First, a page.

The Government is committed to making the use of a handheld phone while driving an endorsable offence, he said in response to a Parliamentary question.
Jamieson was asked what discussions he has had with the Home Office to make the use of a hand-held mobile phone an endorsable offence.
In reply, he said: ‘Ministers in the department regularly meet their colleagues.
The Government is committed to making the use of a hand-held mobile phone while driving an endorsable offence.’
Jamieson said any legislation needs to be made as part of the Road Traffic Offenders’ Act 1988 and this would be done ‘when a suitable legislative opportunity arises’.
He was also asked what assessments had been made on how compliant drivers are with the new law.
Jamieson replied that a survey carried out in April 2004 found that 1.2% of car drivers were using hand-held phones, indicating that use has dropped by 21% since the new offence came into force.
Any new legislation is likely to be 18 months to two years away, giving fleets time to take steps to ensure their drivers comply with the law.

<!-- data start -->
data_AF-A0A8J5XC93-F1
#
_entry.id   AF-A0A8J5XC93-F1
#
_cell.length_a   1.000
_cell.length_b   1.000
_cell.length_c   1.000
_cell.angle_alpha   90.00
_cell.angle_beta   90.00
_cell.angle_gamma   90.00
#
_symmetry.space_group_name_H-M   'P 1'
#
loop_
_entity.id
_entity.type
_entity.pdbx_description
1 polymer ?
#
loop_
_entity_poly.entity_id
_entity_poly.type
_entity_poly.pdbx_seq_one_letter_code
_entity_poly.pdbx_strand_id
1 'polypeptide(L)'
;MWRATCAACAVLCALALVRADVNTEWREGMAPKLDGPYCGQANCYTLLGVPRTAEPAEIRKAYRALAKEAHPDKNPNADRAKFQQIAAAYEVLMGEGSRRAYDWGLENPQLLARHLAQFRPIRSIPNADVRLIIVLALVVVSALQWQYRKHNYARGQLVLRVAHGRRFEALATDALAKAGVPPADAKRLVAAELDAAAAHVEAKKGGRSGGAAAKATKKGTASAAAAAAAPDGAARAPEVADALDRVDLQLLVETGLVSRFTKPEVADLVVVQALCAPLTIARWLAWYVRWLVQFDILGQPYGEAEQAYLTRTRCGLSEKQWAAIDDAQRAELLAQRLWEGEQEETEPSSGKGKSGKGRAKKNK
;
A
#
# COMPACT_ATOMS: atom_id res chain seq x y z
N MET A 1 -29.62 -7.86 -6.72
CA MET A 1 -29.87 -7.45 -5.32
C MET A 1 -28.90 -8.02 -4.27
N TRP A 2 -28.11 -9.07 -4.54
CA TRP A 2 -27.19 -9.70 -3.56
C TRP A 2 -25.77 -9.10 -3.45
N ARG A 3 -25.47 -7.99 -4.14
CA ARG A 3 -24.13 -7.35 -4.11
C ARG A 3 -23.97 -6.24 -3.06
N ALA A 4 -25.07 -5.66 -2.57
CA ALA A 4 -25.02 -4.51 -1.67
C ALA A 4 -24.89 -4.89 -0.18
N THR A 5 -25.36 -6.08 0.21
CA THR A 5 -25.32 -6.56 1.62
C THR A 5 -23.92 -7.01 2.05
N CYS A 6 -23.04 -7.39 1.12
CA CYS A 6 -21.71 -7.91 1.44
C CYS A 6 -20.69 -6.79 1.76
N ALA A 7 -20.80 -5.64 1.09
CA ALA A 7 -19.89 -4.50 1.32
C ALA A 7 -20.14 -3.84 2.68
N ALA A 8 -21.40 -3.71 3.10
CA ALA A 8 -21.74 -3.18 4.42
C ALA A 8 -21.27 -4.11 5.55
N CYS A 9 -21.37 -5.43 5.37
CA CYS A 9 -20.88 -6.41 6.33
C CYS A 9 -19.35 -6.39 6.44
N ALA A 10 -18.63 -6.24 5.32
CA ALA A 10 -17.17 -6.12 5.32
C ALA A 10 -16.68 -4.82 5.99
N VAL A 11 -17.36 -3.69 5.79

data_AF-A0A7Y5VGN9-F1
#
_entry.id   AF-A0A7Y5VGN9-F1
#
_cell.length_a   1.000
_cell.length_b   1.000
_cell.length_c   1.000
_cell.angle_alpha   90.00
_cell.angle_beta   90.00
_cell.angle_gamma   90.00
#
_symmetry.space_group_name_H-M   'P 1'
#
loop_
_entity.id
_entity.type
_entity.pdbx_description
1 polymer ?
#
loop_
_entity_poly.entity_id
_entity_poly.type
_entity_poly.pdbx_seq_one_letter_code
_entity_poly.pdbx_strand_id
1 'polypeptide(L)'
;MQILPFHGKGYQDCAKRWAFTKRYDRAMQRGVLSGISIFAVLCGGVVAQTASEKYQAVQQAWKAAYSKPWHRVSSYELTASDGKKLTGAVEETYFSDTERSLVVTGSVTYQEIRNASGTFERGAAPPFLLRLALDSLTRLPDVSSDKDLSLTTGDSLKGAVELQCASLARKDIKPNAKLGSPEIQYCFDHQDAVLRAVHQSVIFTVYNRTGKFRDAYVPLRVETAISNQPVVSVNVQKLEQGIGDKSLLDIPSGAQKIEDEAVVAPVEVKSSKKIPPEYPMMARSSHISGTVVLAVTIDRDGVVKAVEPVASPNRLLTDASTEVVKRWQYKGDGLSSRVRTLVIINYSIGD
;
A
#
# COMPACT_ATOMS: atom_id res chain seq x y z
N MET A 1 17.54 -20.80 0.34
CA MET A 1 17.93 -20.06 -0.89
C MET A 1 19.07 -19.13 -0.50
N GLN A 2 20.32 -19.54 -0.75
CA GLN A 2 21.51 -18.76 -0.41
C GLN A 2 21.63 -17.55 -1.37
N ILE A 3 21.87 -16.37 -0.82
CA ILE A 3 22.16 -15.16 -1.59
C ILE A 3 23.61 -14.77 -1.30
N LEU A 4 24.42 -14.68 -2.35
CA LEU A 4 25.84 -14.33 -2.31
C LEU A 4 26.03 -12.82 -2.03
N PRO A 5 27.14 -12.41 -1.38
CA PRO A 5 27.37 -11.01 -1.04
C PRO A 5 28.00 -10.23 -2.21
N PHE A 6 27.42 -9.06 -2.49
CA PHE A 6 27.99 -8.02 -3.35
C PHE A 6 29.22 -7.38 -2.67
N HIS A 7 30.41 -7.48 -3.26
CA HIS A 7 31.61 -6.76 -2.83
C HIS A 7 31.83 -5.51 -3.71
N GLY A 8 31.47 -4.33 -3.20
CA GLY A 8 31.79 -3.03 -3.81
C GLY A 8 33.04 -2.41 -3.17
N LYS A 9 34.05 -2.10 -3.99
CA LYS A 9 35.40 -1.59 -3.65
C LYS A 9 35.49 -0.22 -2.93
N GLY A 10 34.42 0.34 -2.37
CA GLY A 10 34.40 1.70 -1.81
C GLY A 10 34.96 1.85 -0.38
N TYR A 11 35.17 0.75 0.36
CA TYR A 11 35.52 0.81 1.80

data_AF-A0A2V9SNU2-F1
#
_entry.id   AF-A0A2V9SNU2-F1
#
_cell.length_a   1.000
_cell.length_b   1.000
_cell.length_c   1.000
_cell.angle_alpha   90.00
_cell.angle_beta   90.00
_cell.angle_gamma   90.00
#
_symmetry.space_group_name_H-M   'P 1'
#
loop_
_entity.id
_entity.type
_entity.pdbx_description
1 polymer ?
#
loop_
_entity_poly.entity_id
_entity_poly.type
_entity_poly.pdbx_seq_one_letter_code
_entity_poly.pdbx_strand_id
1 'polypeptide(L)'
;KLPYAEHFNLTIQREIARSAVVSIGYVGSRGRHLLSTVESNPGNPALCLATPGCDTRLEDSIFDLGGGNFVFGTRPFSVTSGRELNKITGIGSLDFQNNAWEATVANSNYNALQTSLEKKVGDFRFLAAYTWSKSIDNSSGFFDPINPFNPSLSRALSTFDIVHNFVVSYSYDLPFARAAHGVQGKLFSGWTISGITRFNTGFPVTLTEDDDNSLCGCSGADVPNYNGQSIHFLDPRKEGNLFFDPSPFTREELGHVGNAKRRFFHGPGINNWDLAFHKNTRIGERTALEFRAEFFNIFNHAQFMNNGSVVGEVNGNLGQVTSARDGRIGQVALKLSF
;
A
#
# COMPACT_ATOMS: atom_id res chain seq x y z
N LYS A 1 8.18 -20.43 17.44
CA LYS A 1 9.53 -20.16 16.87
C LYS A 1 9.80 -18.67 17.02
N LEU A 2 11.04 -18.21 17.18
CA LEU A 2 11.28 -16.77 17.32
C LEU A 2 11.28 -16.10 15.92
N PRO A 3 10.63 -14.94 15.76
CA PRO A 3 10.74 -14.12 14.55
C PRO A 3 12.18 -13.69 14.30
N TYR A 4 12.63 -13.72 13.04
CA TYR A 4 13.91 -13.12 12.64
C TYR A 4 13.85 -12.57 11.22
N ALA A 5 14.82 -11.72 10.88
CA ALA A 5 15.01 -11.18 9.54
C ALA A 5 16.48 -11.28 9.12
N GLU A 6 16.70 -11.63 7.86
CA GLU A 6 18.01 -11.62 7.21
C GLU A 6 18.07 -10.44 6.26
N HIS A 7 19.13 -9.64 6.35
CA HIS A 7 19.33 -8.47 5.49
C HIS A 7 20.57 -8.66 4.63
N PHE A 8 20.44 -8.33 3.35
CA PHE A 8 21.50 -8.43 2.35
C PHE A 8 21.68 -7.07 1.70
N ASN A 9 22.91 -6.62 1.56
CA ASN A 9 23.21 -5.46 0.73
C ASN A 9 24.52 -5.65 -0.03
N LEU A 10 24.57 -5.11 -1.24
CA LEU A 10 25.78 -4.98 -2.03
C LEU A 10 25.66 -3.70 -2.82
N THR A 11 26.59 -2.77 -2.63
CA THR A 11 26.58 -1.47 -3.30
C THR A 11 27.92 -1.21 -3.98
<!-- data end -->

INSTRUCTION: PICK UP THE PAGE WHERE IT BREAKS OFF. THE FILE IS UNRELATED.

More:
Company car drivers caught four times will total 12 points and risk losing their licence and potentially their job.
Currently, motorists caught breaking the law face a £30 fine but this could be doubled to £60 once it becomes an endorsable offence.
In April this year, a new report claimed that tens of thousands of company car drivers were still using hand-held mobile phones while driving.
The report by Godfrey Davis Contract Hire, the corporate division of Bank of Scotland, said the majority of fleets had introduced policies that stated drivers must not use mobiles, but that these were being ignored by many drivers.